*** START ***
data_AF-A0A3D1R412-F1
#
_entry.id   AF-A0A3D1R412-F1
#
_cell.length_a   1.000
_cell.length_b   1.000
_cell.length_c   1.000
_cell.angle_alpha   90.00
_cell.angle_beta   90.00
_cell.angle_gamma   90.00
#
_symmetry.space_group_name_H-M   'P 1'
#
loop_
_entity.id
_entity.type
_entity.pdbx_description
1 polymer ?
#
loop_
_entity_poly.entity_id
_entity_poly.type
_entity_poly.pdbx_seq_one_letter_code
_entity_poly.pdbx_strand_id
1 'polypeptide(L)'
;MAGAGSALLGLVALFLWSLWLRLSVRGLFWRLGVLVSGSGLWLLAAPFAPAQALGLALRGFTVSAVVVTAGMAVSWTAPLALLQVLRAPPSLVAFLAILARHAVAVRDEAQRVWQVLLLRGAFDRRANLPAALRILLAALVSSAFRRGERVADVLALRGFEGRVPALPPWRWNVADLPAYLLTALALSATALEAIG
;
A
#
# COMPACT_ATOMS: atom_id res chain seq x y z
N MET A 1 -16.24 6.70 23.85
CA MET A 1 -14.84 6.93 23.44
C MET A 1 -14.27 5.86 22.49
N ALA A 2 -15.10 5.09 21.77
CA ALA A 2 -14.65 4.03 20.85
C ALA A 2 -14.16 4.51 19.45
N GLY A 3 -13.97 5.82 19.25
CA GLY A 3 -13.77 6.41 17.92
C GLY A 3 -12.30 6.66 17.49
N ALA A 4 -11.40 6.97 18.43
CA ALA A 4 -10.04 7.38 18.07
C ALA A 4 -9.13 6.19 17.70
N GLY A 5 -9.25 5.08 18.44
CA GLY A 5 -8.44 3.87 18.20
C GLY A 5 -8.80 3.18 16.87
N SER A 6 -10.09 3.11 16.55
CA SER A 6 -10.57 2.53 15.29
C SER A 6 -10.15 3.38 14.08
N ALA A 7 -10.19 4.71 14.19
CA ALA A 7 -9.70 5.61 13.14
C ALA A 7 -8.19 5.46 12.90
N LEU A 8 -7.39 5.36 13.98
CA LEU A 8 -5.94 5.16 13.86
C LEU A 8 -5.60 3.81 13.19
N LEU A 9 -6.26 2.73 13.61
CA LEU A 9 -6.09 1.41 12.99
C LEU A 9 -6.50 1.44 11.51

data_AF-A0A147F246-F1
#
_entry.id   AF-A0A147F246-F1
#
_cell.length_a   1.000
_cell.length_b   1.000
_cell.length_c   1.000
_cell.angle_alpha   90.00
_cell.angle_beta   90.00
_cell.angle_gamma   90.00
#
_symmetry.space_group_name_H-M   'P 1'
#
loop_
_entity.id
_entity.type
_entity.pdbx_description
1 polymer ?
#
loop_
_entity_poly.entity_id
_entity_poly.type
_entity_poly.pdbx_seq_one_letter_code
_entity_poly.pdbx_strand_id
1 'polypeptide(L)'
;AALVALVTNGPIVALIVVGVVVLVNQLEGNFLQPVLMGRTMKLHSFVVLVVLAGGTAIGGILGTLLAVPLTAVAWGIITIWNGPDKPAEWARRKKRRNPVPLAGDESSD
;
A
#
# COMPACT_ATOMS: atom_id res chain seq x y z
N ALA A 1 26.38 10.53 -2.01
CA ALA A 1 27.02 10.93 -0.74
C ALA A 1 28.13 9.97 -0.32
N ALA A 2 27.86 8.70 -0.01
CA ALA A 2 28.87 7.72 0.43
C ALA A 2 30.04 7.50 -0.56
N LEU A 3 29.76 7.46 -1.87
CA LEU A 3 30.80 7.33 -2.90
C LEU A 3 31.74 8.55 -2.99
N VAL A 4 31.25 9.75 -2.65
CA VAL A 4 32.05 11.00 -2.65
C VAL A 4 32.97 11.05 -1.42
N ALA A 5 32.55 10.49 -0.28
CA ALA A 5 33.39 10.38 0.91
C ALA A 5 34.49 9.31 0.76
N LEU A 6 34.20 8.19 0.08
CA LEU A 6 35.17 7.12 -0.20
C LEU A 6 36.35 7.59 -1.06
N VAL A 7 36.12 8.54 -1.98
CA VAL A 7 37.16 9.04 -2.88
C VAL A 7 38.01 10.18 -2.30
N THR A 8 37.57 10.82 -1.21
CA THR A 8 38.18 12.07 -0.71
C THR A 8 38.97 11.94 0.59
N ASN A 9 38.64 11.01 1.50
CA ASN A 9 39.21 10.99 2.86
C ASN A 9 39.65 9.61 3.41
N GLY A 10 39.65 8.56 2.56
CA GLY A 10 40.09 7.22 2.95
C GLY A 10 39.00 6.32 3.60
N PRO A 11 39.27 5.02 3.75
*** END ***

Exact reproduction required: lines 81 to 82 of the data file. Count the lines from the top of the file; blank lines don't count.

_entity_poly.pdbx_strand_id
1 'polypeptide(L)'